The Pew Research Center reports that the divorce rates for people who are at least 50 years old is twice what it was in 1990. Older Illinois residents who decide to get a divorce should be aware of how a divorce can affect their retirement finances.
One type of retirement income that is impacted by divorce is Social Security. Typically, individuals are able to claim the benefits based on the work history of their ex-spouse if they were married for at least a decade, are not presently married and the ex-spouse is at least 62 years old and also able to claim benefits. The benefits of the ex-spouses are not affected when claims are made off of their work history.
Individuals can receive half of their ex-spouse's primary insurance amount when they reach the full retirement age. However, in order this to be beneficial, the amount of the spousal benefit has to exceed that of their own worker's benefit. Unless the person wanting an ex-spouse's primary insurance was still eligible to partake in a restricted filing strategy after reaching full retirement age, the worker's benefit will be paid first.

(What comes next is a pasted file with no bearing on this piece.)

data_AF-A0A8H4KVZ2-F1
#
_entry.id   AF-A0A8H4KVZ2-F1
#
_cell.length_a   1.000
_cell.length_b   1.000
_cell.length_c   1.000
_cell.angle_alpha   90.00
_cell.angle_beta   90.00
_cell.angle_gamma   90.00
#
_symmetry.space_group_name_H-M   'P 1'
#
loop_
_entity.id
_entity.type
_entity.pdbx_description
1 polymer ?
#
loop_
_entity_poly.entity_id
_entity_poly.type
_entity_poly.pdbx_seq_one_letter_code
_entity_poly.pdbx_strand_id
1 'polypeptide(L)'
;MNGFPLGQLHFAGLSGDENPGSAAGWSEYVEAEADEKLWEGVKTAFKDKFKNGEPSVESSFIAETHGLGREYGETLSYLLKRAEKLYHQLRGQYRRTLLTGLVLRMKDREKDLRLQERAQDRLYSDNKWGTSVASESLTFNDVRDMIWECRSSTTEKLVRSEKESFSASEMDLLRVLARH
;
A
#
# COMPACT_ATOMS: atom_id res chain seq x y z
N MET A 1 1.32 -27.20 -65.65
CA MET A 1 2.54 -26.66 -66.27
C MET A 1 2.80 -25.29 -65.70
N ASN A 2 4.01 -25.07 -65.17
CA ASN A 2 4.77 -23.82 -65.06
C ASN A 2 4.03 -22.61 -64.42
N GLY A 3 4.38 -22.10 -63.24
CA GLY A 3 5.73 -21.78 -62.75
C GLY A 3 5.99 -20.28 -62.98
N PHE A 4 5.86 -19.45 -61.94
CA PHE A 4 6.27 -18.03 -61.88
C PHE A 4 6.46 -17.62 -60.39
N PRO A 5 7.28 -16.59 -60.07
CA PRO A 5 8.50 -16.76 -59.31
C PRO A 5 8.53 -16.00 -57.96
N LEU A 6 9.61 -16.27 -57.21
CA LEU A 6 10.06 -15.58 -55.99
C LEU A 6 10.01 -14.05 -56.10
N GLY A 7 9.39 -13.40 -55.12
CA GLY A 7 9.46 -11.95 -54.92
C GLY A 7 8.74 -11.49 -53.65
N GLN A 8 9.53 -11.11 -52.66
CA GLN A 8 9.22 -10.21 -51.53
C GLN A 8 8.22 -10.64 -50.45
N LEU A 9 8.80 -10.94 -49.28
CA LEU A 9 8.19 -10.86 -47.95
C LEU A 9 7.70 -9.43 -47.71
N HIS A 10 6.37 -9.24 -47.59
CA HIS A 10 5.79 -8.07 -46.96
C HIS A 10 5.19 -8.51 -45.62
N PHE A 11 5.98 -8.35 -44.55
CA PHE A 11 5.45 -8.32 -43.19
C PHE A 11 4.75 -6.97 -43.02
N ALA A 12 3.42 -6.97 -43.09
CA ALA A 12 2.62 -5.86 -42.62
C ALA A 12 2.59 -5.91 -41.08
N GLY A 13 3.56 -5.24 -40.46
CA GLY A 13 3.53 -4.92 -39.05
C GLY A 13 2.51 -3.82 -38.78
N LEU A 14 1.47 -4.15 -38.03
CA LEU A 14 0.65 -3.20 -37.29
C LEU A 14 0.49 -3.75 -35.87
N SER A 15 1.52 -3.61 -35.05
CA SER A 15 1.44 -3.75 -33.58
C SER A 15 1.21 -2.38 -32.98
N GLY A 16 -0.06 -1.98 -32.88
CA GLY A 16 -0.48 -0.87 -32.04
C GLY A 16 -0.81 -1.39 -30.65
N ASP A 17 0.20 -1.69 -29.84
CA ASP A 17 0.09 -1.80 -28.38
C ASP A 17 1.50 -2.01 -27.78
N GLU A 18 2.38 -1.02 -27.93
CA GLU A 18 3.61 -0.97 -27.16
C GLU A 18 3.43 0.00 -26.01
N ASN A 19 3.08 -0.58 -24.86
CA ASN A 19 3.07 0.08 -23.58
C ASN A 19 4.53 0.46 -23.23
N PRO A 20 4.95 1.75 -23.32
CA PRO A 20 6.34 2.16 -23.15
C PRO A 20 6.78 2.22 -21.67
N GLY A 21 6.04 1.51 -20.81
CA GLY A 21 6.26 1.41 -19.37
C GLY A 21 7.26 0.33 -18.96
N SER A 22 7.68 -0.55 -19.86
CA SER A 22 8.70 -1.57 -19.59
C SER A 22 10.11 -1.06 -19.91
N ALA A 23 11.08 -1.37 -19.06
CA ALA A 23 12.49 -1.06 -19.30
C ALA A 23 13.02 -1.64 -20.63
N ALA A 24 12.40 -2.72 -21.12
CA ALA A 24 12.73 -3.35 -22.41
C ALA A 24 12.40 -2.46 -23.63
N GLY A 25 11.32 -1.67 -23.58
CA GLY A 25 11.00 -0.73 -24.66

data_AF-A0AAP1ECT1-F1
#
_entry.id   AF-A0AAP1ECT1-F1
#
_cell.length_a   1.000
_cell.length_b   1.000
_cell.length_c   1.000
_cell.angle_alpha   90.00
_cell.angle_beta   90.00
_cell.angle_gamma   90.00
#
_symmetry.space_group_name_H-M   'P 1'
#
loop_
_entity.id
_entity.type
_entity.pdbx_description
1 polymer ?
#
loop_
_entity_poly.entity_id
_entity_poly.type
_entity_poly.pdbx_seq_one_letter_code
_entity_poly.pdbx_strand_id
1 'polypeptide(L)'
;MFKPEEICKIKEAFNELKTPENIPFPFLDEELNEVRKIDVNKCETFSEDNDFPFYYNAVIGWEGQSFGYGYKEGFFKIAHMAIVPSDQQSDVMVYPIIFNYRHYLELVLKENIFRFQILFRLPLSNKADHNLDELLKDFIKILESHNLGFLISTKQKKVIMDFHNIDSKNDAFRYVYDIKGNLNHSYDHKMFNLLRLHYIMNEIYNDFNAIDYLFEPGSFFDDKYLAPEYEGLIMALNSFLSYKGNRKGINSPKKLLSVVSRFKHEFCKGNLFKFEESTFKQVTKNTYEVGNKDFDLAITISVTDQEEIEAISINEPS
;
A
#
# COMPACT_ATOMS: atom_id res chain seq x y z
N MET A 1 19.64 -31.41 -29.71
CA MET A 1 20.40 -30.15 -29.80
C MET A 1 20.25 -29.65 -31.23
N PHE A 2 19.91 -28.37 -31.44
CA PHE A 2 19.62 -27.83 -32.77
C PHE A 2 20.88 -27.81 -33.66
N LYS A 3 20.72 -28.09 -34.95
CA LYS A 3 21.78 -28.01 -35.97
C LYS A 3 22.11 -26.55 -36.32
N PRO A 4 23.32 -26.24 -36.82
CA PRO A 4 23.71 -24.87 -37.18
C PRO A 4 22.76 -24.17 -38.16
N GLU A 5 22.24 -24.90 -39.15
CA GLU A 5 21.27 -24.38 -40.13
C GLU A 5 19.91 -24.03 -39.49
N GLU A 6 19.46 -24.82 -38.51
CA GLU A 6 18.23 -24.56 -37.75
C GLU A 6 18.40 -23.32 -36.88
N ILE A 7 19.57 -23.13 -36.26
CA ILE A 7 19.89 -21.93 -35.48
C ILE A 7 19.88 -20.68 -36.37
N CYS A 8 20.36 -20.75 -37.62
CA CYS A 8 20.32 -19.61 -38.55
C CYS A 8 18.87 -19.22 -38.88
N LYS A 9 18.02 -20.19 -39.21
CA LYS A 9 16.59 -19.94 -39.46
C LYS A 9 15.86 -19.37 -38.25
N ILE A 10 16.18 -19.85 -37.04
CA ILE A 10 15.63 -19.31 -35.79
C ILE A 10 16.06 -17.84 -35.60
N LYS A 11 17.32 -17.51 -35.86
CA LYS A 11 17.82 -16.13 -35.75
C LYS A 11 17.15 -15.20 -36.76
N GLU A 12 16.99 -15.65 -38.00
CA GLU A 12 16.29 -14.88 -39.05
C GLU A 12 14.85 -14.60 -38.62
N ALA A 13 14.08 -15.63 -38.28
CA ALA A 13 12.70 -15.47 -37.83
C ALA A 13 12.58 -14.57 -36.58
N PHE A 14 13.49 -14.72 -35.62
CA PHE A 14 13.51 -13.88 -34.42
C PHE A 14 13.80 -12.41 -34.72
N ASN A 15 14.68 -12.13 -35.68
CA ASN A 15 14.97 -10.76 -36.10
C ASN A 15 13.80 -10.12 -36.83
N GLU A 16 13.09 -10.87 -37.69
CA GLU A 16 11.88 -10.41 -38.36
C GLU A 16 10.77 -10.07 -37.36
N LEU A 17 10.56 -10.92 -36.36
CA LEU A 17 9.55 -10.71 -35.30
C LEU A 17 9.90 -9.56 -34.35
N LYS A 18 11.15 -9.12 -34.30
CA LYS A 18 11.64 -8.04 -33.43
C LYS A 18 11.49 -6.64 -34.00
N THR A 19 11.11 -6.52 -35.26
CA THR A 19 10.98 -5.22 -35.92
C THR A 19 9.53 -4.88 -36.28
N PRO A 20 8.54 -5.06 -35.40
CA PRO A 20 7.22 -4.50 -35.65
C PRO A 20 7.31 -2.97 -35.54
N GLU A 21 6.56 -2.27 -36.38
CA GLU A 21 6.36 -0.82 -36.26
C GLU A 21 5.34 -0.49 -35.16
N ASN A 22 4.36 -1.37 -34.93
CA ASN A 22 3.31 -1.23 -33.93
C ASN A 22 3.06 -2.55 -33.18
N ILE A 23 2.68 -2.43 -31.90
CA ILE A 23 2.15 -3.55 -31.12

Retirement accounts are typically some of the most valuable assets have and can become a major point of contention during a divorce. Funds that are in a 401(k), IRA or other type of retirement account are not usually subject to seizure by creditors. In order for the funds to be divided through a divorce, a qualified domestic relations order has to be completed.
A family law attorney may advise older clients how a divorce may impact them financially and may suggest certain settlement terms to pursue to ensure that their post-divorce life is financially secure. Litigation might be used to protect the rights of clients regarding the division of high-value financial assets.